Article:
3. jill, i love your eclectic taste in books and the fact that you review such diverse reads! i’m all over the map with my reading and would enjoy this one AND still marvel over before i fall, another book you reviewed and recommended! i swear, without my blogging buddies i wouldn’t ever find such good books!

  4. zibilee says:

    So much of what we know about various famous figures is good PR, intended to inflate and glorify their images to the public. I can understand why this is done (ostensibly to keep people in awe of their leaders and heroes) but sometimes finding out the real facts can be surprising, and somewhat deflating. Great review on this one, Jill! This is a book I wouldn’t mind trying out!

  5. marthalama says:

    I live in a house with two history geeks (my husband and daughter) and boy, can they go on about erroneous history. This is a book right up their ally. But, I think George probably had a blue tooth, he seems like an up to the minute guy.

  6. Rural View says:

    Love the portrait of Washington with the Bluetooth. I think actually Jefferson would be the technogeek but who knows. Parson Weems had quite an imagination. He should have been a novelist – although come to think of it, he wouldn’t have sold so many books with a novel at that time.

  7. bermudaonion says:

    It seems that much of what we’ve been taught about our history is false, which is so sad. History is interesting enough without making stuff up.

  8. Trisha says:

    I love the perspective the book takes. Collective memory is so fascinating.

  9. Bumbles says:

    Wait – you mean Georgie Boy didn’t really grow hemp? That is one of Andy’s favorite T-shirts. I remember nothing from my 8th grade field trip to Mt. Vernon other than the pretty architecture and the gift shop. I bet Tolstoy would have loved this book – he seemed to feel historians were so self-serving and not to be trusted – he would admire Lengel’s efforts at sticking to the facts.

  10. Jenners says:

    Love the graphics in this post!
    So did he have wooden teeth or what?

  11. Lisa says:

    What a great follow up to Chernow’s “Washington!”

  12. Aarti says:

    This sounds really interesting if probably a little depressing. (I know the cherry tree story isn’t true, but I WANT it to be. Is that so wrong?) I think the manipulation of historical leaders thing is true all over the place- I remember reading about how when Victoria came to the throne, people suddenly started getting much more interested in Boudica and her efforts to defend Britain from the Romans, and I can’t imagine that was by accident.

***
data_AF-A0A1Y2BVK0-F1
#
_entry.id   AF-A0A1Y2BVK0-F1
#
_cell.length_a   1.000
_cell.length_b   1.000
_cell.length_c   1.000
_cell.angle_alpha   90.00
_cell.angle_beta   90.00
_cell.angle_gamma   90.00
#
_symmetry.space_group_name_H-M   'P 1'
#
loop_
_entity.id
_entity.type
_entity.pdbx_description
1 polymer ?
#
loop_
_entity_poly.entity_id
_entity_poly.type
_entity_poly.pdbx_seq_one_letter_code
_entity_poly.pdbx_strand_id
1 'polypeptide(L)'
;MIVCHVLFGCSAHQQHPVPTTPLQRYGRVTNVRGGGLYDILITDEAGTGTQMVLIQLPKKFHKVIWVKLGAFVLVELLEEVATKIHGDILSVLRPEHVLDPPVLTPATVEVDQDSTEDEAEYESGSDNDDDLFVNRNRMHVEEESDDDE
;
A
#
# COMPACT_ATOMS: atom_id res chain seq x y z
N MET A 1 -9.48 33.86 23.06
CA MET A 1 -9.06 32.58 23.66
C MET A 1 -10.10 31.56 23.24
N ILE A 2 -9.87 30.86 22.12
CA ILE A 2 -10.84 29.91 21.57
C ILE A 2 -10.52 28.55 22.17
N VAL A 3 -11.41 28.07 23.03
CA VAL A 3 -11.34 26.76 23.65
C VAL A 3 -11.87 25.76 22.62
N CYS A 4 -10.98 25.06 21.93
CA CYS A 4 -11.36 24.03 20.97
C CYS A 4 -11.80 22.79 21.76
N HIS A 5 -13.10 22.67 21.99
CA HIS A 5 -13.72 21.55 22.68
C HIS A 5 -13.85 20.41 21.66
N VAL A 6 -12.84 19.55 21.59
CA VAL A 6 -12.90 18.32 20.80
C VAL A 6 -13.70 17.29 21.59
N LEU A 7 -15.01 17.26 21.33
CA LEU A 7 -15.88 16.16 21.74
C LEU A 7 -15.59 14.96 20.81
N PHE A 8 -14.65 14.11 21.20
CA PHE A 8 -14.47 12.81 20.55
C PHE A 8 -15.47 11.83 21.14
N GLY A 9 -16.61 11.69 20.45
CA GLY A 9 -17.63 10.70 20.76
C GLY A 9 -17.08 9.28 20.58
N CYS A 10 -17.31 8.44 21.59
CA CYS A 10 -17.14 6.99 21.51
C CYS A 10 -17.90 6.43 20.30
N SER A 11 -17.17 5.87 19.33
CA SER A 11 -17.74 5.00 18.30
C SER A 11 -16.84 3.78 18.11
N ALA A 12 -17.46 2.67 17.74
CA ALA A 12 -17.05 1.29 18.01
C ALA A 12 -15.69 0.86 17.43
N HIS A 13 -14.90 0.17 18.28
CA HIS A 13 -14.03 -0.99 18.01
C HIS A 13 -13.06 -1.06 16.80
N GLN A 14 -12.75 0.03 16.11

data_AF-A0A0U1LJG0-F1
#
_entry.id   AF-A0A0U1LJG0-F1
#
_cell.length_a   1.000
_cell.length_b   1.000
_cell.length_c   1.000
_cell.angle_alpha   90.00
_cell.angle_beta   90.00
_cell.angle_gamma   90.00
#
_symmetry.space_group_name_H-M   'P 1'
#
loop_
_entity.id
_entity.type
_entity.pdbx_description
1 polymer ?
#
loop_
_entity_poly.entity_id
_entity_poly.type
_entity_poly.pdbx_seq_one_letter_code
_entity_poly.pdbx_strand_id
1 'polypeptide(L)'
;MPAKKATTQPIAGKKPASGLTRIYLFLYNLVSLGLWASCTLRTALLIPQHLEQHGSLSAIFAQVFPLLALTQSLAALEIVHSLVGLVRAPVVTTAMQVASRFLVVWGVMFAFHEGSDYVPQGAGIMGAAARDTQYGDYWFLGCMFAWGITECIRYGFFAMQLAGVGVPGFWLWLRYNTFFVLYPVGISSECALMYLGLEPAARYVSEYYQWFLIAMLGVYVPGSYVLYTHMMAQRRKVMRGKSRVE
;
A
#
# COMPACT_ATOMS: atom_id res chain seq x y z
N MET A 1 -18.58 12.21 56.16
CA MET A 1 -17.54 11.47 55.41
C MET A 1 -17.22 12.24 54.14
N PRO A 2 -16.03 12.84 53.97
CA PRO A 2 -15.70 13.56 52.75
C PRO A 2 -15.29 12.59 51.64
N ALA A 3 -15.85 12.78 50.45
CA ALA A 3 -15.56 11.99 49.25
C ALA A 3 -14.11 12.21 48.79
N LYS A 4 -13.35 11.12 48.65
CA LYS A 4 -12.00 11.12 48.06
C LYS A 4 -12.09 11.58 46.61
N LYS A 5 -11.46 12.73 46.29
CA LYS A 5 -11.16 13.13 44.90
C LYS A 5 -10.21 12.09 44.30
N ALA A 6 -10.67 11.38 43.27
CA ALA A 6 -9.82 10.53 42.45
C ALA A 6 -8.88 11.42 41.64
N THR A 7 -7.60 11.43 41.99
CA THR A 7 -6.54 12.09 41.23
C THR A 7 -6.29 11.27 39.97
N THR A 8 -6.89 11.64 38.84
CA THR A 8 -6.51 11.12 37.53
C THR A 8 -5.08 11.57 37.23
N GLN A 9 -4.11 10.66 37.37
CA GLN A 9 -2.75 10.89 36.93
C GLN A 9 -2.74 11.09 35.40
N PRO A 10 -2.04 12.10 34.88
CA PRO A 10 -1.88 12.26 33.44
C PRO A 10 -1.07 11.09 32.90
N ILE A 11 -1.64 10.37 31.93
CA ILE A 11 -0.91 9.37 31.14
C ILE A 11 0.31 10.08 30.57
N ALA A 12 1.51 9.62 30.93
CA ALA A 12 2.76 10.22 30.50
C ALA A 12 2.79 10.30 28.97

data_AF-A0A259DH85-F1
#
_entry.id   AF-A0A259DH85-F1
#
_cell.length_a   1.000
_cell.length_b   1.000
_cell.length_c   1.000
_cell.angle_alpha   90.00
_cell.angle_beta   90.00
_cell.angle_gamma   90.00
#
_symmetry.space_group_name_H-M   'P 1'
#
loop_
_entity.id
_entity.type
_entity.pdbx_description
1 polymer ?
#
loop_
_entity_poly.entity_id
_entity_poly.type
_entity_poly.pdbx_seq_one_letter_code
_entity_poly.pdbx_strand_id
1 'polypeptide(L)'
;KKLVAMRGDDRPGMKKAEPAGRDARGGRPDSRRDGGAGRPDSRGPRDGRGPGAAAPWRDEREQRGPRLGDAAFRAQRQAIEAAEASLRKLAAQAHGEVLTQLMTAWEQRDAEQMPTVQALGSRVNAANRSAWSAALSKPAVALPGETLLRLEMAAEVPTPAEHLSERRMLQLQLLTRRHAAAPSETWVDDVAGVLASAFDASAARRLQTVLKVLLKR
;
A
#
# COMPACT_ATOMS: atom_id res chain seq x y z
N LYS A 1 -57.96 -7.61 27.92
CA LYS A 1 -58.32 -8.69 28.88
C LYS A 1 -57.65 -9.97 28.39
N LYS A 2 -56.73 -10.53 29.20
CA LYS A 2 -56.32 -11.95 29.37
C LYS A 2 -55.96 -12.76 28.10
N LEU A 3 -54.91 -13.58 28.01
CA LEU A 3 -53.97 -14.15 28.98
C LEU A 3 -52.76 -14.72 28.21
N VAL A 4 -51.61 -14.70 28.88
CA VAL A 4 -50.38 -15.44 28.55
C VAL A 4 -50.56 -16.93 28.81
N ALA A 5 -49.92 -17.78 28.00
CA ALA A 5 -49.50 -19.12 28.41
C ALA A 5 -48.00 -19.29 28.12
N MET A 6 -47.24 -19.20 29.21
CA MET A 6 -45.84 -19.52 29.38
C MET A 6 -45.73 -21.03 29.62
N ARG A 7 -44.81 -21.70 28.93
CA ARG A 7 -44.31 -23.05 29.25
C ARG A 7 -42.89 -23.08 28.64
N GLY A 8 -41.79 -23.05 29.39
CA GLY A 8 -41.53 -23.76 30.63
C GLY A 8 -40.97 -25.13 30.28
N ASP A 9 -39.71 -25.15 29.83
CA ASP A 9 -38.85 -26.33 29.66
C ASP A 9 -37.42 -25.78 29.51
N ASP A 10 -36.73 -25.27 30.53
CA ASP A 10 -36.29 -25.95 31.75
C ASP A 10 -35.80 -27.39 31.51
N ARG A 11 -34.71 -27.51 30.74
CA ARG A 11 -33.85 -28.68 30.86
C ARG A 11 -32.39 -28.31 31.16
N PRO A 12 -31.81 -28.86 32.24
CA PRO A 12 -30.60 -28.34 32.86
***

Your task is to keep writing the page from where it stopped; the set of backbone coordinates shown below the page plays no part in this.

13. Alyce says:

    Learning about how perceptions of Washington have changed over the years sounds interesting, but I don’t know if it would hold my attention for an entire book.

  14. Margot says:

    It wasn’t until high school that I read some book that opened my eyes to the fact that very little that I’d been taught in history class was true. It opened my eyes and made me skeptical of everything I read and heard in classes.

    I’m very grateful for that book. (I cannot remember what it was other than it was an expose of the Revolutionary War.) In turn I’m always looking for the real true story behind everything I read and definitely every news story. I’d like this book.

  15. Julie P. says:

    I thought this book sounded interesting. My dad just finished it!

  16. Jenny says:

    Hahaha, I like the cartoon. I know we should be accurate about historical stuff, but I have to say, some of the fictional stories are damn compelling. I love it when you come across a fantastic story about a historical figure and it turns out to be actually true — but it seems like it’s so rare.

  17. Staci says:

    I think I will have to look this one up sometime, Washington fascinates me.

  18. Larry says:

    Washington had like all human beings. feet of clay.
    He eminently deserves the respect and adulation many like myself have for him. Despite his many faults he had many virtues. He was for his time our Indespensible man who earned the title”Father of his country” May his soul rest in peace.